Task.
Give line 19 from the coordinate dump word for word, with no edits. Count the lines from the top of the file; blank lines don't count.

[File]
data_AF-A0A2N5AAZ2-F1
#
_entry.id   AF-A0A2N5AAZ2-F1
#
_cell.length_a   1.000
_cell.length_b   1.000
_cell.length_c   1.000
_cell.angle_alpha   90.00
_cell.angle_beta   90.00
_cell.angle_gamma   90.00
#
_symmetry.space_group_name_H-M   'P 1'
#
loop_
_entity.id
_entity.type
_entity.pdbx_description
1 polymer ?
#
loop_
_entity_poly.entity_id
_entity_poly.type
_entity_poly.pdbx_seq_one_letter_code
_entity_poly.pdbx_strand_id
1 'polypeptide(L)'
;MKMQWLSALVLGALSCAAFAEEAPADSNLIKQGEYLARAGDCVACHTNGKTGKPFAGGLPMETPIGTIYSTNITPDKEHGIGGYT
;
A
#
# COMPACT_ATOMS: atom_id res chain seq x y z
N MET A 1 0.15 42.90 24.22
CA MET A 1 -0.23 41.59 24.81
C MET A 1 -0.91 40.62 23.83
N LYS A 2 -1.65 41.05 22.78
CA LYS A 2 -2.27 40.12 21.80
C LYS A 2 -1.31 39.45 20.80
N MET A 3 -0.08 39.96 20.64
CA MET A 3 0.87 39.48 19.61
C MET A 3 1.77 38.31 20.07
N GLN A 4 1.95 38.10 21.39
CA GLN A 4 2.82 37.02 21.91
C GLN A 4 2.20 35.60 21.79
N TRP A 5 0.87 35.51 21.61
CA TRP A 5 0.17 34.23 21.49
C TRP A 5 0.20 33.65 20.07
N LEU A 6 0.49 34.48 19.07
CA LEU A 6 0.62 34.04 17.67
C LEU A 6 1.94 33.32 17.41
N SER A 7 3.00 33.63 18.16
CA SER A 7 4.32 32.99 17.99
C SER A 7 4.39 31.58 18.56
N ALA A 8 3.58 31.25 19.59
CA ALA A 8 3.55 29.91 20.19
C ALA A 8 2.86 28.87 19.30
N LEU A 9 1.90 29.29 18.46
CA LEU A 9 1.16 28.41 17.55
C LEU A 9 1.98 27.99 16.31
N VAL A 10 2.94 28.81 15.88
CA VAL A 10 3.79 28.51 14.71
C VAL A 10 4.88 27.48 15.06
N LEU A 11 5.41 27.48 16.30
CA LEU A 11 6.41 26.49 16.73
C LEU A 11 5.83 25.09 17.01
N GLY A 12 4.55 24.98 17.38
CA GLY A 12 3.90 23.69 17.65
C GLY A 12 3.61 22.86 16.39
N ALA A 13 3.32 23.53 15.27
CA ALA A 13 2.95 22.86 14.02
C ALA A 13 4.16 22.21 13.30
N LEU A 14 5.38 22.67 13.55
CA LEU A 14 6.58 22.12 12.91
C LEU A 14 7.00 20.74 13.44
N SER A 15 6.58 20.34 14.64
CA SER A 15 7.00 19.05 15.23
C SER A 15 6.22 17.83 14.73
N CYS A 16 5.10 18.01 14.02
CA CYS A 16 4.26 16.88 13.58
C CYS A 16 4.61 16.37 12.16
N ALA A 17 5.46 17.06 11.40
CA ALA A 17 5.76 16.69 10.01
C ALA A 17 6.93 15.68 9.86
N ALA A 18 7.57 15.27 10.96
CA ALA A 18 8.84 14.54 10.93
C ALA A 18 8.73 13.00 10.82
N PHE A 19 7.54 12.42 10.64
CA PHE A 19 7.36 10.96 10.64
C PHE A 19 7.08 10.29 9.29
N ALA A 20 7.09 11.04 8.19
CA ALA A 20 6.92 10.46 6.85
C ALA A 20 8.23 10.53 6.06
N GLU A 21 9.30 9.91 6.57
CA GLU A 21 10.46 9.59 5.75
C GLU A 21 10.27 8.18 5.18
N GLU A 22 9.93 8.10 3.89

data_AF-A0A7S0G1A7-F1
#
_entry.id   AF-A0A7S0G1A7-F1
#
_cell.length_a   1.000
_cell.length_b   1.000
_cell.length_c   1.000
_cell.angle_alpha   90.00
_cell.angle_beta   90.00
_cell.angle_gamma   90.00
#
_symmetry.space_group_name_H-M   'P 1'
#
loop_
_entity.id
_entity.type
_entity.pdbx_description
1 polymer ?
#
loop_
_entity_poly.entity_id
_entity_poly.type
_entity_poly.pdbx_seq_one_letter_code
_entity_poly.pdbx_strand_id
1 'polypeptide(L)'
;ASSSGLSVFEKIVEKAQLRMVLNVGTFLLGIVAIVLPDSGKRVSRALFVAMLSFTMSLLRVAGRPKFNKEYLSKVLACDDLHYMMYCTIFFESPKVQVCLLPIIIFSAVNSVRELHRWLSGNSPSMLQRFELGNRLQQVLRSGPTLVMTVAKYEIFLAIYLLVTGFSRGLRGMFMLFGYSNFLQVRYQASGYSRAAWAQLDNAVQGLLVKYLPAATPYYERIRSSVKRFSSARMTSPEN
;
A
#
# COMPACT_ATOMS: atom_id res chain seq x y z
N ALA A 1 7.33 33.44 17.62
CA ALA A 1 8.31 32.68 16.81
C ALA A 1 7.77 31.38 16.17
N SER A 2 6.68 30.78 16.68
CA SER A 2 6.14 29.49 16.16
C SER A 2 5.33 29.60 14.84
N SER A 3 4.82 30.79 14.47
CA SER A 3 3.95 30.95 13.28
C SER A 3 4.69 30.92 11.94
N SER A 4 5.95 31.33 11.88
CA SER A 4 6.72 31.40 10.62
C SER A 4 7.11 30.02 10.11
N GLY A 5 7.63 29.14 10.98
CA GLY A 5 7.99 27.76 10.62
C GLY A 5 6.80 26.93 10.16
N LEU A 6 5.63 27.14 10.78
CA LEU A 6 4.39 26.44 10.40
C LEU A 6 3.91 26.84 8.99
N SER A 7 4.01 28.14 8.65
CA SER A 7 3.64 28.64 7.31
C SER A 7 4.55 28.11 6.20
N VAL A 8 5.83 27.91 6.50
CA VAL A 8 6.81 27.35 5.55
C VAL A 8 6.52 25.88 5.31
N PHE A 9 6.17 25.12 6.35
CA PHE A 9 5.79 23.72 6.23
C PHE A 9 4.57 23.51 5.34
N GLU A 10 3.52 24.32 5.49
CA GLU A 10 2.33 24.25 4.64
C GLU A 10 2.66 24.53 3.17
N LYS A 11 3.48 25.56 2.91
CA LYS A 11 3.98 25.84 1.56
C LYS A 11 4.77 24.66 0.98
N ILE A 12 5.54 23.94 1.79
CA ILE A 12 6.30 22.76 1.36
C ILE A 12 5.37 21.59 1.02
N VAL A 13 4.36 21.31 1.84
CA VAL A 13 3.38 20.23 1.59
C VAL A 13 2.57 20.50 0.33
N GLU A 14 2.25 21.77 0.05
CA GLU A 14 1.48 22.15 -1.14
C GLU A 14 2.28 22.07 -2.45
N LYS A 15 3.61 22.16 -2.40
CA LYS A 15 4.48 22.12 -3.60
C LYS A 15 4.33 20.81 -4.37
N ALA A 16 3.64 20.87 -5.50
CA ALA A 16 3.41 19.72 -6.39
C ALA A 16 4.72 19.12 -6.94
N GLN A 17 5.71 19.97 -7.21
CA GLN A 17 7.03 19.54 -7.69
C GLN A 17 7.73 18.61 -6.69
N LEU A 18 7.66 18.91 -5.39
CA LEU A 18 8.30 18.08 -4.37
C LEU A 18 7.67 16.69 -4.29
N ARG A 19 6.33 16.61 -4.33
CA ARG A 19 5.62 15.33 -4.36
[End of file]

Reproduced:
#